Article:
This project addresses the challenge to motivate transporters to consider and utilize multiple modes of transit. It creates an analog and digital visual signage/navigation system that would be available in subway and bus stations. The visuals are aimed towards all New York City transit riders and within the framework of the MTA.
Currently, the NYC MTA subway stations have a few full subway spider maps throughout each station and in some stations, there are digital real-time signs. None of the stations have visual bus maps or bike maps posted making it difficult for riders to find a quick alternative without turning to their smartphones. If a train is at capacity or delayed, riders are more likely to wait frustrated at the station without little thought to what other options might be available. With our visual spider maps for the bus and bike routes, it would be easy for riders to gage where they would like to go and what other routes are available to them if the subway is no longer an option, or a slower option. Additionally, the project created digital signage that would also relay alternative routes and modes by stations which would be even more beneficial as they would include real time data and what routes are actually faster based on traffic at that moment.
Sustainable transportation heavily relies on mass transit and rail, but when the trains are too crowded and overpopulated that they cannot carry people from one place to another in the most efficient manner, they turn riders to less sustainable options such as taking CO2 spewing taxis and ridesharing vehicles. These visuals would not only relieve riders from their frustration with the MTA, delays and over-crowded trains but it would also relieve the MTA so that they may proceed in maintaining and updating the subway network so as to better handle the city’s growing population and ridership and allowing transportation to continue to be a sustainable option. A strong transit system is a balanced system, where riders have the opportunity to choose a bike for a shorter distance, a bus to areas the subway won’t reach, the subway for longer distances and cars whenever necessary. Our signs would help facilitate the balance and open riders to the transit opportunities that await them.
Our interviews with designers, pedestrians, riders, and transport professionals shaped our project’s area of focus and deliverables. We began with a wide scope that was mostly focused on cyclists and bike-sharing, the project was eventually shifted to ease the capacitive stress of the MTA subway system. We learned that the problem isn’t always what if appears to be at first glance and it’s important to talk to professionals in the area to better understand the problems as well as what the riders interpret to be problems as well. We also learned that approaching an organization such as the MTA requires much more time, patience and ideally an insider.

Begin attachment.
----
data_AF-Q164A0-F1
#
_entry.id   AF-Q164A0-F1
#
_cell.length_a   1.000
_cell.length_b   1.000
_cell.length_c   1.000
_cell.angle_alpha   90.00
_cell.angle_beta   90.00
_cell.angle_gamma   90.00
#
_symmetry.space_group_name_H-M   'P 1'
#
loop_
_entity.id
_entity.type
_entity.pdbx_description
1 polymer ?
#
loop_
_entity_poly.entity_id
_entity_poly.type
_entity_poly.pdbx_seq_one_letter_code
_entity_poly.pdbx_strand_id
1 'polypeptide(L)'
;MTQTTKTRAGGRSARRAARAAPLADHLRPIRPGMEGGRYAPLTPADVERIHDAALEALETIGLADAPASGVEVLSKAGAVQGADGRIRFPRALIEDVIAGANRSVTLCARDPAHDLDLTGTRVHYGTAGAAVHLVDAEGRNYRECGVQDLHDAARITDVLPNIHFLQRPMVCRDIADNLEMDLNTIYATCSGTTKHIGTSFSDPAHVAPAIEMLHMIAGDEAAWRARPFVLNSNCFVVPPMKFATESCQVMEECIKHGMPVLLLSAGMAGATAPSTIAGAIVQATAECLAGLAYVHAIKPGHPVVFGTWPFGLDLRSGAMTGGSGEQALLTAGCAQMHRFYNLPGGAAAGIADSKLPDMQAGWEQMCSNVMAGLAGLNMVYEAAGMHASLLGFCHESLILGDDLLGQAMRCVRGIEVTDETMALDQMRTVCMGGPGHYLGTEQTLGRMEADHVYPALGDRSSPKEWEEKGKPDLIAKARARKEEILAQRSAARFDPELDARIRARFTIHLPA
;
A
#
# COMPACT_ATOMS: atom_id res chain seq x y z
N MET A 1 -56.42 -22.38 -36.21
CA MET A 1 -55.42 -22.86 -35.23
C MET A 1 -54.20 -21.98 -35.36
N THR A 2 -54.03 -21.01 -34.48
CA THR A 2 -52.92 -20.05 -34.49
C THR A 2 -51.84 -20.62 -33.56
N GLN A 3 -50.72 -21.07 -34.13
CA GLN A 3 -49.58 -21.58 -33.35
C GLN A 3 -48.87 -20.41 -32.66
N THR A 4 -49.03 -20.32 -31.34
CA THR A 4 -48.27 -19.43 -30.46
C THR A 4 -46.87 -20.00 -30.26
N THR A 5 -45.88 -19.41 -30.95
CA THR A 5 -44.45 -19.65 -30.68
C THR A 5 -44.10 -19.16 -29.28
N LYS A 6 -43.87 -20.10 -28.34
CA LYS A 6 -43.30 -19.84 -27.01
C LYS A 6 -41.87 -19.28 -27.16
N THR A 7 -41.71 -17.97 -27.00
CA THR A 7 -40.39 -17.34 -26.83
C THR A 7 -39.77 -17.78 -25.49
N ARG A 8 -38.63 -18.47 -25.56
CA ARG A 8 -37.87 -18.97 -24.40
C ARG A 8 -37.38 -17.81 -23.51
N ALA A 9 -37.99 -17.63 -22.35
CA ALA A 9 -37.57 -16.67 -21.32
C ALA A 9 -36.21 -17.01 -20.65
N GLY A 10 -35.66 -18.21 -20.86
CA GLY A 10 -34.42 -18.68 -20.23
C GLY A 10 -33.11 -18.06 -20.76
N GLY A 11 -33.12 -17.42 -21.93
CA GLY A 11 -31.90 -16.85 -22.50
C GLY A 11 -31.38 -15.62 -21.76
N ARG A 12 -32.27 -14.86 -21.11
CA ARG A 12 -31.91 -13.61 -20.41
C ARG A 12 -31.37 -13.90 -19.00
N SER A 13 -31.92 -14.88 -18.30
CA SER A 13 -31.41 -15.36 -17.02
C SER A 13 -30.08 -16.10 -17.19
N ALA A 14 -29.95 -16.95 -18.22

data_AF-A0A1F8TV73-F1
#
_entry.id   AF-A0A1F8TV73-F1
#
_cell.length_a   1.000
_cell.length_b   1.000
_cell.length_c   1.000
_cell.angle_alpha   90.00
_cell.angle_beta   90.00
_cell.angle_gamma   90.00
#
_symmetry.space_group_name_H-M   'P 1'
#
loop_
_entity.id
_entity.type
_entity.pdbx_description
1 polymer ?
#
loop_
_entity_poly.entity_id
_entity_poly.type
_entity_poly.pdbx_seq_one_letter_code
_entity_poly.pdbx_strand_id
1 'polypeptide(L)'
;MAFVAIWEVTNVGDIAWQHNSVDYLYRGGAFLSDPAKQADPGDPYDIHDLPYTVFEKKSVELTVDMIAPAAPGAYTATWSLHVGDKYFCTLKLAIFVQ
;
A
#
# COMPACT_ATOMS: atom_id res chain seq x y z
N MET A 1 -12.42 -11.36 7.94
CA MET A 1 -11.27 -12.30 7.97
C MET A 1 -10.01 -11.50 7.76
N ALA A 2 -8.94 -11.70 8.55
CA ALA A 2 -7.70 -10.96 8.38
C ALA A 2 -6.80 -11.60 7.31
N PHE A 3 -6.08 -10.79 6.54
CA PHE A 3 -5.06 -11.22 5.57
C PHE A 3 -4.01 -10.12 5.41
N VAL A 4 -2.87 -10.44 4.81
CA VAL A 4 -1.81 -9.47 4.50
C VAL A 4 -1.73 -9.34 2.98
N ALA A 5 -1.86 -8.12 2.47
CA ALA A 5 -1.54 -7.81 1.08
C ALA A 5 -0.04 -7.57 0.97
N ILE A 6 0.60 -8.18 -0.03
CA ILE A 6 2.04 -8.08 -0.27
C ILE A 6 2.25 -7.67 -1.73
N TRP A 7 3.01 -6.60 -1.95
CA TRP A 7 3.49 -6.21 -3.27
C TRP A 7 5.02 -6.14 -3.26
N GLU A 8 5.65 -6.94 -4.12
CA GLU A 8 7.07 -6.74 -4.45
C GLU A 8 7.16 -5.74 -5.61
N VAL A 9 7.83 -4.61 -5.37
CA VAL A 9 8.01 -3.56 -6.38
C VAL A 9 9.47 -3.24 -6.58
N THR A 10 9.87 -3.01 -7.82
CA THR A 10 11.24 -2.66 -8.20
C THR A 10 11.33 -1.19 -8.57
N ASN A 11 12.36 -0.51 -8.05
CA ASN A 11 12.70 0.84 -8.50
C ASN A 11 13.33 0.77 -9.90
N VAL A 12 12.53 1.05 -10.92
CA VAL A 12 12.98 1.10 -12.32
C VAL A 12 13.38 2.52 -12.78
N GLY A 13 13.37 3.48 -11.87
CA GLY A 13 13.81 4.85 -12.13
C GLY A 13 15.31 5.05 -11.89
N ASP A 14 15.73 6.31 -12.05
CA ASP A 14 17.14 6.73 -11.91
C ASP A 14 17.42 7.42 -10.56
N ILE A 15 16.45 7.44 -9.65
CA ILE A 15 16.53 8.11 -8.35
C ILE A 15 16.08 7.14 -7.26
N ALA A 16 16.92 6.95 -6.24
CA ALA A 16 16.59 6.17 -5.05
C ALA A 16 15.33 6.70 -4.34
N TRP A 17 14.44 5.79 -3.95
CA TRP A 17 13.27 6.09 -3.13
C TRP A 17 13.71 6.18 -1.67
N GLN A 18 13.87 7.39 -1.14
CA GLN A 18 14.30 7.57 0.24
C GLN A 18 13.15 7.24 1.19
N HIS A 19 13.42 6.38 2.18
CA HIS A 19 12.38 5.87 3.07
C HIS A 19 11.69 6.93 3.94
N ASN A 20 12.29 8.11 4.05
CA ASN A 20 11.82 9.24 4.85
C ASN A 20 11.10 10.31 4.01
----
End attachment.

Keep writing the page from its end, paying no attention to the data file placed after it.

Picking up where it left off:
The next step for this project would be to gather more information from riders and from transport professionals. It would be important to look at subway stops that are routinely overcrowded or “problem stops” and then target these stops as trial zones. This would include more prototypes, handout maps and stickers that people could easily take and use from the subway stations, a sort of campaign to get the word out and for people to understand and use the new prototypes and route aids and then eventually to bring this data to the MTA for feedback, implementation possibilities and then testing whatever prototype comes out from their meeting. Because transportation is something that everyone uses it would be valuable to get more people involved in the issue so as to create more pressure for the MTA to make a change, but also so that the MTA is addressing the problems that the riders truly face.
Antya Waegemann, John Boran, Yangying Ye, and Oomung Varma